When his forearm smacked hard into Tyler Hansbrough’s face, the first thing Kevin Garnett did was grab Hansbrough’s arm, almost apologetically.
It didn’t matter.
Garnett said it was unintentional.
“I came, I was firm, I didn’t mean to get him in the face like that,” Garnett said. “I was actually trying to swipe the ball. They called it what it was. It was a physical game. That’s what it was. Part of the game.”
Hansbrough thought it was dirty.
“I guess that’s his game plan,” Hansbrough said. “That’s how he plays. Definitely thought it was cheap though.”
After looking over the replays, referee James Capers ruled it a flagrant-2 and ejected Garnett with 8:24 left in the Celtics’ 94-75 win over the Pacers Friday night. It had been two seasons since Garnett’s last ejection, when he was bounced for appearing to hit an airborne Channing Frye mid-jump shot.
In this instance, Hansbrough said, “I thought they got the call right.”
At that point in the game, Garnett’s loss was negligible.
“We were up 20,” said Rajon Rondo.
Celtics coach Doc Rivers threw his hands up in disbelief immediately after the ruling, but said he understood.
“Honestly, it was so much crap going on at that point,” Rivers said. “I just think [Capers] has been around the game a long time. I think he was thinking, ‘I’m going to do Kevin a favor and get him out of here, because it was getting chippy.’ ”
So chippy, Rivers said, that he had Brandon Bass at the table ready to spell Garnett anyway.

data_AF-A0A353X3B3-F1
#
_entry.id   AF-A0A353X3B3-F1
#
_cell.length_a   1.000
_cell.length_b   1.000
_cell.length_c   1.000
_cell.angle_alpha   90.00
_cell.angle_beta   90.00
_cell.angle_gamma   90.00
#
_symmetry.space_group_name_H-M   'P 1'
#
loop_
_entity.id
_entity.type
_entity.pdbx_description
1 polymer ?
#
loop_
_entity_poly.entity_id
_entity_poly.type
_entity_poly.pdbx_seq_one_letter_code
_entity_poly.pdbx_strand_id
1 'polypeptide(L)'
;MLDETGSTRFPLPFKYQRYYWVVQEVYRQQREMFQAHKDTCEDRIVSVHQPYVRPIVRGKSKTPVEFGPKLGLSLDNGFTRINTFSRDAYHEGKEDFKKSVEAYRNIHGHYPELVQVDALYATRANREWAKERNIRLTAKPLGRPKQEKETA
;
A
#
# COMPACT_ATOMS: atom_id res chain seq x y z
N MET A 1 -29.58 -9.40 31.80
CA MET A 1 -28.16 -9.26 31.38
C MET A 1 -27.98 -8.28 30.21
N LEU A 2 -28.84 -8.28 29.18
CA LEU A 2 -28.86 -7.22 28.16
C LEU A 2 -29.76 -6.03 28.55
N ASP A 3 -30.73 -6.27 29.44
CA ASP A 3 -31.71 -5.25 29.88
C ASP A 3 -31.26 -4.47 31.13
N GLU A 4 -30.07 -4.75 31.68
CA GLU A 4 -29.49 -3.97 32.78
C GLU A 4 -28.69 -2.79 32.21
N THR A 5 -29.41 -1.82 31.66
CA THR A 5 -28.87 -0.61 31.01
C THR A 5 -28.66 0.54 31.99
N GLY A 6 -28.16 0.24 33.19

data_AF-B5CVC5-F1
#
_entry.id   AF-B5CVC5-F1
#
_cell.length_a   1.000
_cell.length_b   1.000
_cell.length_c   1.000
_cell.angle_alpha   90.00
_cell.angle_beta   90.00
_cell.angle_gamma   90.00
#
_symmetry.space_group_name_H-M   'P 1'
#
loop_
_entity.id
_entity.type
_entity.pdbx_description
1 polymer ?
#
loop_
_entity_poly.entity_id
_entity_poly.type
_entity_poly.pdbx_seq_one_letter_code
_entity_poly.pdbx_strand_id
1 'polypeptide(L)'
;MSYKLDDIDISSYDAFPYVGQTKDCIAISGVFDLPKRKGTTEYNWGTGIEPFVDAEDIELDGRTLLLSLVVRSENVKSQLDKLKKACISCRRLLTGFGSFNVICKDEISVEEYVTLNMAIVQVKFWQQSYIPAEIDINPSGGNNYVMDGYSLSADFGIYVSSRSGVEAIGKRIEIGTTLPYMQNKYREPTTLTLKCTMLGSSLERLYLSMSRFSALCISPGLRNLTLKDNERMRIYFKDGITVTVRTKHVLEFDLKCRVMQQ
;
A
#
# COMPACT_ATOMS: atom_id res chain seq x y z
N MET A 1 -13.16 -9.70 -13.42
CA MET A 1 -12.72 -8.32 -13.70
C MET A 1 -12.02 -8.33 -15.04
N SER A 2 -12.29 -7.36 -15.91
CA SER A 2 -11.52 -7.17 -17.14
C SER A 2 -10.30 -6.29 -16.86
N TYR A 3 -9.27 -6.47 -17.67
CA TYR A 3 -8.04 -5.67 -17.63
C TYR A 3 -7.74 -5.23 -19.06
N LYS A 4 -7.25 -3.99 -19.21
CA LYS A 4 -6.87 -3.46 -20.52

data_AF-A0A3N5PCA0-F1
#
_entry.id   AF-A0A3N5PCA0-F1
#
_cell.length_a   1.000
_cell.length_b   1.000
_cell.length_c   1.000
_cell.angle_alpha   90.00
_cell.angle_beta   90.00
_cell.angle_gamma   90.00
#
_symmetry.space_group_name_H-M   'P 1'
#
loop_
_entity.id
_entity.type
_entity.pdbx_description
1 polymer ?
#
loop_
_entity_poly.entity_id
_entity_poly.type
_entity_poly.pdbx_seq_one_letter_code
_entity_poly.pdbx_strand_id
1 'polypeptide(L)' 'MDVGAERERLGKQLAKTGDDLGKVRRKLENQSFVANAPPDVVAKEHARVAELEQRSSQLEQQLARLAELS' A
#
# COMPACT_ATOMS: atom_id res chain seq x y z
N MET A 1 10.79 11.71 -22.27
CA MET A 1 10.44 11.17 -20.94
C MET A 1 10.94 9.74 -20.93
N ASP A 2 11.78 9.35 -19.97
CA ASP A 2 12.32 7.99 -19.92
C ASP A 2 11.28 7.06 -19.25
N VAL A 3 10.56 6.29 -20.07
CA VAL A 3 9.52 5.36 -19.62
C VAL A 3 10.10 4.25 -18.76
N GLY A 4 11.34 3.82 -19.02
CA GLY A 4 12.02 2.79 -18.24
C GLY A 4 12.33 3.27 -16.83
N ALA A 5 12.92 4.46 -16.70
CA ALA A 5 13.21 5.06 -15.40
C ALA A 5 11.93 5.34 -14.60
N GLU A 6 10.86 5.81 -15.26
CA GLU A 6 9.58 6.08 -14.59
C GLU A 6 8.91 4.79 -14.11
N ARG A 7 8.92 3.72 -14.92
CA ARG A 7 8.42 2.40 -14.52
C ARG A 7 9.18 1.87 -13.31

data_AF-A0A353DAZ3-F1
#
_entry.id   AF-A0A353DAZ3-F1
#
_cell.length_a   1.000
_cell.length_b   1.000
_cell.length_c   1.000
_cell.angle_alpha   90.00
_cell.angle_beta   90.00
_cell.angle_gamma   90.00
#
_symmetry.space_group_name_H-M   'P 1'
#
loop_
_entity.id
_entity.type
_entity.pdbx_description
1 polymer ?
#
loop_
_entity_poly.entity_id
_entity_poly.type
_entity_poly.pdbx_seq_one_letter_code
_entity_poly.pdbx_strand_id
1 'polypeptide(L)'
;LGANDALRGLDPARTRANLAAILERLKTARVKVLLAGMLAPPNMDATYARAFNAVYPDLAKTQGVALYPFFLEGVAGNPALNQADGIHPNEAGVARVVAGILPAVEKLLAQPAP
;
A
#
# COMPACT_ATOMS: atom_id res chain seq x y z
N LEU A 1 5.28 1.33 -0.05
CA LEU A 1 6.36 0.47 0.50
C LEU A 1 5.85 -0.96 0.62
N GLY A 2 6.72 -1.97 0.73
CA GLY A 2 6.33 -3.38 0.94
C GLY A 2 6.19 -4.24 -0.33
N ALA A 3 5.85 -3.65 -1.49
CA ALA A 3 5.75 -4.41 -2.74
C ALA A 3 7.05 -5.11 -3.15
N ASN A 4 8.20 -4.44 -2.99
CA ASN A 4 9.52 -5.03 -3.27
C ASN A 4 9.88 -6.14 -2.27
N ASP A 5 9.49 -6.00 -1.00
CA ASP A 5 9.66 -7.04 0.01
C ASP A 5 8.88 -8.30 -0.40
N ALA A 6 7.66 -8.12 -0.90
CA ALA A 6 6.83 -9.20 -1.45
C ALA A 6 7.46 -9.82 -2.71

“I could see that, too,” Rivers said. “I really think sometimes that’s what officials do and you can’t blame them for it if that’s what it was.”
After using eight different starting lineups through the first 31 games, Rivers gave the Rubik’s Cube another twist.
He reinserted Bass into the starting lineup along with Garnett, Paul Pierce, Rondo, and a healthy Avery Bradley, going back to the lineup that pushed the Celtics to the postseason a year ago after losing 17 of their first 32 games.
The Celtics are in a similar hole this season — albeit with many more games left — and there were reasons for putting Bass in and moving Jason Collins to the bench.
“We want to stay as big as possible,” Rivers said. “What we didn’t like [about having] Jason in the lineup now that we’re going to play him every night was that with he and Kevin off the floor we get small quickly. So this way, we can keep a big on the floor at all times.’’
Rivers also hoped the move would jump-start Bass, whose scoring (8.0), rebounding (5.3), and minutes (26.1) are all down from last season.
Bass had 4 points and 8 rebounds in 22 minutes.
Room for Green
Having found a home with the Pacers, Gerald Green can look back on his journey from lottery pick to castaway to reclamation with regrets but also perspective.
“When I came here, I was fresh out of high school, didn’t know nothing but thought he knew everything,” Green said of his time with the Celtics. “Now I just feel like I’m a whole lot smarter, a whole lot better of a person on and off the court.
“I had to take a tough course just because of the things I didn’t do. I wasn’t preparing myself like I should have before games. I wasn’t being the professional I should have been. I had to learn the tough way about going overseas and being a professional.”
Green underachieved in two seasons with Boston after being drafted 18th overall in 2005, then washed out of the league in 2009.
After playing in Russia, an opportunity arose last season, and Green played 31 games with the Nets.
Julian Benbow can be reached at email@example.com